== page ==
Few investors made it through 2021 and 2022 without learning of, discussing, or perhaps purchasing, cryptocurrency or other blockchain assets, and the federal agency responsible for regulating the securities industry has announced significant new initiatives as resources intended to keep pace with the rapid development of this market.

Whether it’s the more traditional tokens such as Bitcoin or Ether, or the newer asset classes such as NFTs or digital “land” in the metaverse, these digital assets are everywhere and are here to stay. Massive amounts of money flow into the crypto space every day, with the current market cap surpassing $1.7 trillion. As with all industries, as more money flows in, more bad actors will seek to profit off of those vulnerable to exploitation. And with new cryptocurrencies being introduced onto digital asset exchanges daily, and start-up companies launching crypto, smart contract, NFT, and/or metaverse products at record pace and faster than anyone can keep up, the potential for fraud, exploitation, and theft abounds. Thus far, the government has put up a good fight but struggled to keep pace with alleged bad actors.

Historically, the SEC has targeted offenders through its Crypto Assets and Cyber Unit, which formed in 2017 and has ramped up its operations each year. In 2021, the Crypto Assets and Cyber Unit imposed over $2 billion in sanctions against bad actors in the crypto space and brought 20 enforcement actions. Nearly 70% of its enforcement actions related to initial coin offerings, the crypto equivalent of an IPO. Nearly all actions were based on allegations of fraud or the sale of unregistered securities pursuant to the four-part Howey test established by the 1946 U.S. Supreme Court decision (note, however, that the SEC has published guidance expanding the four-part test to include more than 38 “considerations” enforcement agents should analyze given the unique aspects of digital assets). In the SEC’s terms, “something is a security if it represents an investment in a common enterprise with the expectation of profit solely through the efforts of others. In practice, as interpreted by the courts and the Commission, profit need not be solely from the effort of others.”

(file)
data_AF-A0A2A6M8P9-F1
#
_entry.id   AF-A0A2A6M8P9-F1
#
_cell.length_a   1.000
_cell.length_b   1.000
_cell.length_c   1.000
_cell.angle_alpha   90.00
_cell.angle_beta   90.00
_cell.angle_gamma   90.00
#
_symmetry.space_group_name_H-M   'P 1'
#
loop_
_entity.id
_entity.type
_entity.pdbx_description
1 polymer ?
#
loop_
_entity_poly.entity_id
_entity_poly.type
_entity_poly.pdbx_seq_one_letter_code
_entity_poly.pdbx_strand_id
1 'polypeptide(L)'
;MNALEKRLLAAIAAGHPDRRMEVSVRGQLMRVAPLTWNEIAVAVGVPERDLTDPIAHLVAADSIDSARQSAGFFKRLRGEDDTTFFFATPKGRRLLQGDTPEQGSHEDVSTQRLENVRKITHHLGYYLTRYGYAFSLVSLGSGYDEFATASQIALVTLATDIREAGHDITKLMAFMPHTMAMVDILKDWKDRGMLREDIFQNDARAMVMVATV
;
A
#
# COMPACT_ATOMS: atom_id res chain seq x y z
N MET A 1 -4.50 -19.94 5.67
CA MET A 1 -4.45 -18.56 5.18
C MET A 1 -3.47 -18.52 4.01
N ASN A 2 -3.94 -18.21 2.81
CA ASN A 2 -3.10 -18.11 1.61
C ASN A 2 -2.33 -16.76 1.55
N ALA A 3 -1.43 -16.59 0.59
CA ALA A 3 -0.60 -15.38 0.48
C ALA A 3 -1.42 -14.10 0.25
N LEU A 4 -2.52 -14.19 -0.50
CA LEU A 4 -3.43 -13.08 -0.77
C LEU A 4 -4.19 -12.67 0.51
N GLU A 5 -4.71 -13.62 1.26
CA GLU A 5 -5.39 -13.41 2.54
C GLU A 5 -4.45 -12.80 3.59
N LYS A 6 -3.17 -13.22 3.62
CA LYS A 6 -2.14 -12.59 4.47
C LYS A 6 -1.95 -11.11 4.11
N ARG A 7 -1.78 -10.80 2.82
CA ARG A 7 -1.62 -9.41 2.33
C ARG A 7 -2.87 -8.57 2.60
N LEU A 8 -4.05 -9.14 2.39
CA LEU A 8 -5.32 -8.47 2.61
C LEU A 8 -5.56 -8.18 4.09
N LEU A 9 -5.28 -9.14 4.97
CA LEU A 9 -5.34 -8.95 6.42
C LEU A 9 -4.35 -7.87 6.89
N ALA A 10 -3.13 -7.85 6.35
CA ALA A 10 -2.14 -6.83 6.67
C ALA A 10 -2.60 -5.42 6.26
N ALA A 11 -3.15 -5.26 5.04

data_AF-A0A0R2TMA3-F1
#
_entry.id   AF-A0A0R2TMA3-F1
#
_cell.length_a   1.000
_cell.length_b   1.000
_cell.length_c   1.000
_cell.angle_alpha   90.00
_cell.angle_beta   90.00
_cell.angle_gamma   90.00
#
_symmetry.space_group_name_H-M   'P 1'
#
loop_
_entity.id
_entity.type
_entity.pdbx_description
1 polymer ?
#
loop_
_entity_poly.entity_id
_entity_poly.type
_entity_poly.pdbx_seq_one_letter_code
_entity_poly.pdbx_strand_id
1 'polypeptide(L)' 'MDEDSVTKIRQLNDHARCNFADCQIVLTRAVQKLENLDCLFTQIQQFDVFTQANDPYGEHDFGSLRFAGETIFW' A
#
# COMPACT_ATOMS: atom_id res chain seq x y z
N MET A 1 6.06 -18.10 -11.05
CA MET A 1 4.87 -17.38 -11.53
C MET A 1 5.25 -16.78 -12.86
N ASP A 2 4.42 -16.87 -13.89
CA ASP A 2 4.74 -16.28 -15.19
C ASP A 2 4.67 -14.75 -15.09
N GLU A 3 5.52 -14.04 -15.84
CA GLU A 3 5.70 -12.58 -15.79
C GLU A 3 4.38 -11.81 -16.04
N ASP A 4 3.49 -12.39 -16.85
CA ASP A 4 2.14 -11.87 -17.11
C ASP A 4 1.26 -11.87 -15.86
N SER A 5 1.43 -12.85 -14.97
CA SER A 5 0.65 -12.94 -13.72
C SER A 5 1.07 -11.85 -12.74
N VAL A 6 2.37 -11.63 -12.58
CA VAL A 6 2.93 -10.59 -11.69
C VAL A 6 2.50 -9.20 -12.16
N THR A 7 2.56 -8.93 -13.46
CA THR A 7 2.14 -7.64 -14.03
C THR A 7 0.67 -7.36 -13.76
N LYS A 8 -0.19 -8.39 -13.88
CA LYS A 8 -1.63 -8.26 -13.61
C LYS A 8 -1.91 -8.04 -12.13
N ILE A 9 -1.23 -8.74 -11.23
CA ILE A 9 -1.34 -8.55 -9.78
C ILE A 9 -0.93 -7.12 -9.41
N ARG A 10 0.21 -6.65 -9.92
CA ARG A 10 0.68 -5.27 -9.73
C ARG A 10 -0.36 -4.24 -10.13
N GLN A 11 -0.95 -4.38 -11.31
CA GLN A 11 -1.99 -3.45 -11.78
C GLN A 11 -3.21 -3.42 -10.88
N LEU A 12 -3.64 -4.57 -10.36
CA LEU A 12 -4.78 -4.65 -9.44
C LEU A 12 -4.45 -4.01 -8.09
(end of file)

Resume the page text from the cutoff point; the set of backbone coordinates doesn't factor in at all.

These vague and sometimes-conflicting standards, coupled with a lack of widespread or uniform regulation of the crypto space, have led to industry professionals, consumers, and counsel often feeling uncertain regarding the propriety and legal framework governing specific crypto assets or even entire asset classes. Indeed, the SEC’s Chair, Gary Gensler, has urged digital asset trading platforms to register with the SEC because their actions might be illegal; so far most have declined the invitation. Recognizing the confusion and opportunity for exploitation in the marketplace, Gensler dubbed the crypto space the “Wild West” and declared it was one of the main areas into which the Commission planned to funnel resources.

To that end, on May 3, 2022 the SEC announced that it is doubling the size of its Crypto Assets and Cyber Unit. The new Unit will include 50 employees, with at least 20 new investigators and/or litigators. These new Unit members will focus on securities law violations connected to:

  • Crypto asset offerings;
  • Crypto asset exchanges;
  • Crypto asset lending and staking products;
  • Decentralized finance platforms;
  • NFTs; and
  • Stablecoins.

The Director of SEC’s Enforcement Division, reading the tea leaves as Commissioner Gensler apparently has, stated that “Crypto markets have exploded in recent years, with retail investors bearing the brunt of abuses in this space. Meanwhile, cyber-related threats continue to pose existential risks to our financial markets and participants… The bolstered Crypto Assets and Cyber Unit will be at the forefront of protecting investors and ensuring fair and orderly markets in the face of these critical challenges.”

It remains to be seen whether this funneling of resources and manpower into investigation and enforcement efforts will have a meaningful impact on detecting, stopping, and deterring criminal conduct related to digital assets, especially as the market continues to expand at record pace. The SEC also has not offered insight as to whether these new members will allow the Crypto Assets and Cyber Unit to expand its enforcement efforts, or if initial coin offerings will remain the government’s primary target. The only certainty is that market participants should continue to exercise caution, keep up with the SEC’s enforcement actions and – just as importantly – no-action letters, and seek counsel when navigating these muddy waters.

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